by the act. Among parliamentary burghs are admission, a quaint form of oath, in which they Paisley, Greenock, Leith, Kilmarnock, Falkirk, .confess the religion of the country, loyalty to the Hamilton, Peterbead, &c.; and by the 3 and 4 Queen, to the provost and bailies of the burgh and Will. IV. c. 77, amended by the 4 and 5 Will. IV. their officers, and declaring, inter alia, that they c. 86, and the 16 Vict. c. 26, a new constitution will make concord where discord is, to the utmost has been conferred on them for the election of of their power. By the Scotch Municipal Reform their magistrates and councillors, and for the apAct, 3 and 4 Will. IV. c. 76, s. 14, it is enacted that pointment of other officers; the election being with councillors must be entered burgesses of the burgh the persons qualified to vote for a menber of before their induction--that is, wherever there is parliament-to be concluded in Paisley, Greenock, : any body of burgesses in any such burgh; but it | Leith, and Kilmarnock, by open poll in one day,
is provided that no merely honorary B. shall be the polling-books to be summed up, and the result entitled to be so inducted. One of the peculiar declared by the prorost: in Falkirk, Hamilton, privileges of a B. in Scotland is, that his heir has Musselburghi, Airdrie, l'ort-Glasgow, Peterhead, à right to heirship movables--that is, that peculiar Portobello, Cromarty, and Oban, to be by signed portion of the personal property which, besides the lists: a third of the council to go out, and others real estate, goes to the heir-at-law. See HEIRSHIP
to be elected every year; and the provost and MOVABLE.
magistrates to be chosen by the council from their BURGESS LIST AND BURGESS ROLL are lists own number: made under the provisions of the Municipal Cor- The police of burghs, and their paving, draining, poration Act, 5 and 6 Will. IV. c. 76, amended cleansing, lighting, and improvement are regulated in this respect by the 20 and 21 Vict. c. 50. The by the 13 and 14 Vict. c. 33, passed in 1850. overseers of the poor of every parish wholly or in BURGIS OF BARONY are corporations consisting part within any borough, are directed to make out an of the inhabitants of determinate tracts of growd alphabetical list, called the burgess list, of all persons within the Barony (q. v.), and municipally governed who may be entitled or qualified to be enrolled on by magistrates, whose election is either dependent the burgess roll of that year, such list to be open for on the baron or lord of the district, or rested in the perusal by any person, without the payment of any inhabitants themselves. Sometimes their charter of fee, at all reasonable hours, between the 1st (when incorporation gave them power to create subordinate the list must be signed and delivered) and 15th corporations and crafts, as in royal burghs; but days of September in every year. This list is after all exclusive privileges of trading in burghs are wards revised by the mayor and his assessors, and abolished loy the 9 and 10 Vict. c. 17. In other the names of those persons allowed, on revision, to respects, the general corporate law of the country remain, are then transferred to the Burgess Roll, applies to burghs of barony, as to which see below, which is copied into a general alphabetical list in a BURGIIS, ROYAL. They have power to administer book provided for that purpose by the town-clerk | their common good, to elect their burgh-officers, to or clerk of the peace, and which book must be make bye-laws, and their burgesses are entitled to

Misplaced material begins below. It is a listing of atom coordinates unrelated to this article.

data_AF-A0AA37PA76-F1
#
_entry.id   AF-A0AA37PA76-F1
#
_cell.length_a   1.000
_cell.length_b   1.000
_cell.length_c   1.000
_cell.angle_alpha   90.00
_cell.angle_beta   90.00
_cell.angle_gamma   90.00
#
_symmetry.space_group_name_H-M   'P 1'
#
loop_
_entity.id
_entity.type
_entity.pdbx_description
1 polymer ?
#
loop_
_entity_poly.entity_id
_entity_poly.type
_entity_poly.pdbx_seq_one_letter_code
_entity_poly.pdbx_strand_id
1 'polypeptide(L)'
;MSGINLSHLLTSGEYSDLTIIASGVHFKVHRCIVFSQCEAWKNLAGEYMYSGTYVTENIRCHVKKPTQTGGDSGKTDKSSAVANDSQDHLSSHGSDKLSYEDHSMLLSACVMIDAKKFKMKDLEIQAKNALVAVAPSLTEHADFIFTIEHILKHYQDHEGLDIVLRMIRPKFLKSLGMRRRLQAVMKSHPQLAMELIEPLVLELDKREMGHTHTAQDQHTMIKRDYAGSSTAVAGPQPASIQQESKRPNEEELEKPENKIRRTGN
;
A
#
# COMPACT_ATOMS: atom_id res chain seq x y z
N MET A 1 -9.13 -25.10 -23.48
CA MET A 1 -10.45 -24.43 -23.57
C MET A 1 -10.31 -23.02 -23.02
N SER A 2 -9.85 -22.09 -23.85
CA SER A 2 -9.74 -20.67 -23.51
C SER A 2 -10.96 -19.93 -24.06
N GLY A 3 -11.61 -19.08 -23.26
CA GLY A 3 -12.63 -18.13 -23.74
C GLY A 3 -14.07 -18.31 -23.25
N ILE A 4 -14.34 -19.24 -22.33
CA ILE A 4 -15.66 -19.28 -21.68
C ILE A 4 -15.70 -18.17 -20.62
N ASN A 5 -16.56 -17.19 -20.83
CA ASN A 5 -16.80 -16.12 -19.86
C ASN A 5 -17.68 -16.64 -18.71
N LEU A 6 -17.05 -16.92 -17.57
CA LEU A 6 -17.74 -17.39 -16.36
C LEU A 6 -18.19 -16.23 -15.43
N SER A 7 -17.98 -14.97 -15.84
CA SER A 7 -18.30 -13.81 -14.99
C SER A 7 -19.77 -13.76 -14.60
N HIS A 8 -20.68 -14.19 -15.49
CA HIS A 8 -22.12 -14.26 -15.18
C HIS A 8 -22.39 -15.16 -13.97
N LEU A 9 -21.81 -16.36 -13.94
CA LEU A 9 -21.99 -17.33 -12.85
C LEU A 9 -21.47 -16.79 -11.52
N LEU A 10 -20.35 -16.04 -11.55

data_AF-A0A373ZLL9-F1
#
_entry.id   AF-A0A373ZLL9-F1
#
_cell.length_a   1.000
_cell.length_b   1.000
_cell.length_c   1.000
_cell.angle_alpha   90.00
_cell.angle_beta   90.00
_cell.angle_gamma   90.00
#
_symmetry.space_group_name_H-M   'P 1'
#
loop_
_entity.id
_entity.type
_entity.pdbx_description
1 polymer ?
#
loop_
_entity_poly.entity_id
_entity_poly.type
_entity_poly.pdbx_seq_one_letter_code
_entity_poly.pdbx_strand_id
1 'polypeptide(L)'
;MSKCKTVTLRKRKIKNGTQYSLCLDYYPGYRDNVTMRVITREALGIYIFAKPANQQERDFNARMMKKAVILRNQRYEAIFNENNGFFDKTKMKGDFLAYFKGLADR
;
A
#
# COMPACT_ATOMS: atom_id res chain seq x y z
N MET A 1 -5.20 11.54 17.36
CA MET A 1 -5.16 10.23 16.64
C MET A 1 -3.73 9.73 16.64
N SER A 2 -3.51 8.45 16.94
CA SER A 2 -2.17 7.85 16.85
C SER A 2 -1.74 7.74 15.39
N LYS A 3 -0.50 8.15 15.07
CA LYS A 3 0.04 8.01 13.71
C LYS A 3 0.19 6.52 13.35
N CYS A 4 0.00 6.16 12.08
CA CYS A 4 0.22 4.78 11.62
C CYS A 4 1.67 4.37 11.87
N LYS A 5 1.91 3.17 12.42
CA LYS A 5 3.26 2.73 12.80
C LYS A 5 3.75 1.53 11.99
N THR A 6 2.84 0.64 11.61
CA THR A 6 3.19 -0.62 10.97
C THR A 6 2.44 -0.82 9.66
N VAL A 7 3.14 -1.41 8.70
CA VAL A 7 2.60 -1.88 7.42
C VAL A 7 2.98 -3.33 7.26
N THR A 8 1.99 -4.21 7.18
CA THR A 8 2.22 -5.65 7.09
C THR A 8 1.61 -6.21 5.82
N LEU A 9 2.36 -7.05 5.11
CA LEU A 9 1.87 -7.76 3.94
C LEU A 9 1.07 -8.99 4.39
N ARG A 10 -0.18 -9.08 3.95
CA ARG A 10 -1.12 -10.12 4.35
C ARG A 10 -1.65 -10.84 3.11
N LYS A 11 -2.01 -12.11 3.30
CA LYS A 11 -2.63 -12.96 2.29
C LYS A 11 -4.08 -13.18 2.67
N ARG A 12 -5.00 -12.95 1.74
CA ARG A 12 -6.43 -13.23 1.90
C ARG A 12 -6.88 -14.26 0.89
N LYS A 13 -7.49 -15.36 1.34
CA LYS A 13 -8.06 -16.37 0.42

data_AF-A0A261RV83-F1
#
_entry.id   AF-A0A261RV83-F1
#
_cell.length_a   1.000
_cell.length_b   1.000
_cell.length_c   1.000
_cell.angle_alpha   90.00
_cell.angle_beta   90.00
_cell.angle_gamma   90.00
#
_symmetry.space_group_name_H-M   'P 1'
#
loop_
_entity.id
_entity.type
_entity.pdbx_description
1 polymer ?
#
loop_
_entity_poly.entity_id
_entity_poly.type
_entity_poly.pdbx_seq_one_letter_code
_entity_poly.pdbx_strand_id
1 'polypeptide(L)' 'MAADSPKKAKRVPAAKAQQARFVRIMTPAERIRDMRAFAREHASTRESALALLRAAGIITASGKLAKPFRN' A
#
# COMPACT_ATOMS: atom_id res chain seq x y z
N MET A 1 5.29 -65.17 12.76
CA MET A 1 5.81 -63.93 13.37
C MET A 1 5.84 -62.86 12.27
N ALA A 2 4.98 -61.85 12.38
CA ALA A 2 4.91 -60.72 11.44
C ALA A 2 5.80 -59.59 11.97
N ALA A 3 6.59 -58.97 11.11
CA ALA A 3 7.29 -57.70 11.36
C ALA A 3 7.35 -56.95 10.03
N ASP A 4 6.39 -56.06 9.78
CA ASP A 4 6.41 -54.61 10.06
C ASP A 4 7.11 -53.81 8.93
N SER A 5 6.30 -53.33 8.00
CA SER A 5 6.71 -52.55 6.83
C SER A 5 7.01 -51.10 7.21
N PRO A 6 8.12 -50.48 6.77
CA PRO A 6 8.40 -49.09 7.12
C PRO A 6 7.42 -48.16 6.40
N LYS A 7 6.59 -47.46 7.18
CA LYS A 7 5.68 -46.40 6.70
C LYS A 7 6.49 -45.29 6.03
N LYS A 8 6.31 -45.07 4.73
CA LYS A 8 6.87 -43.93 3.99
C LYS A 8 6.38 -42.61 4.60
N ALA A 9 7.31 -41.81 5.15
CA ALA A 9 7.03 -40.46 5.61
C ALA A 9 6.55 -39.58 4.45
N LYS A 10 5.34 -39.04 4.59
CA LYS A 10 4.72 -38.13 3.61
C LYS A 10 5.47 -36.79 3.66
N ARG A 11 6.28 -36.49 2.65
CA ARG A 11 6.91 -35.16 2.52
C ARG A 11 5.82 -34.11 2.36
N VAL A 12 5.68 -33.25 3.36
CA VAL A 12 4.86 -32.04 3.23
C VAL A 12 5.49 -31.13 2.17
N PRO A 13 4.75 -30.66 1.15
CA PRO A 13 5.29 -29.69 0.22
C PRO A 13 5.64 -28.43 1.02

challenge the sale or other disposition of the burgh's, of burgesses in the burgh, each councillor, before his property.
induction, must be entered a burgess--a requisite Burgus, Free, were burghs of barony enfran- clearly unnecessary for the purpose of the municipal chised by crown charter with rights of trade, both administration contemplated by the act, and which, home and foreign, but subjected, at the same time, it is expected, will be done away. The number of to the same class of public burdens and taxation councillors in each burgh is such as, by the sett which royal burghs had to bear as the price of their or constitution existing at the passing of the act, peculiar privileges. Since the gradual decay and formed the common council, or, where this was ultimate suppression of commercial monopoly, this variable, the smallest number making a full council. class of burghs has become extinct, or rather all The electors of Edinburgh, Glasgow, Aberdeen, burghis may now be said to be free.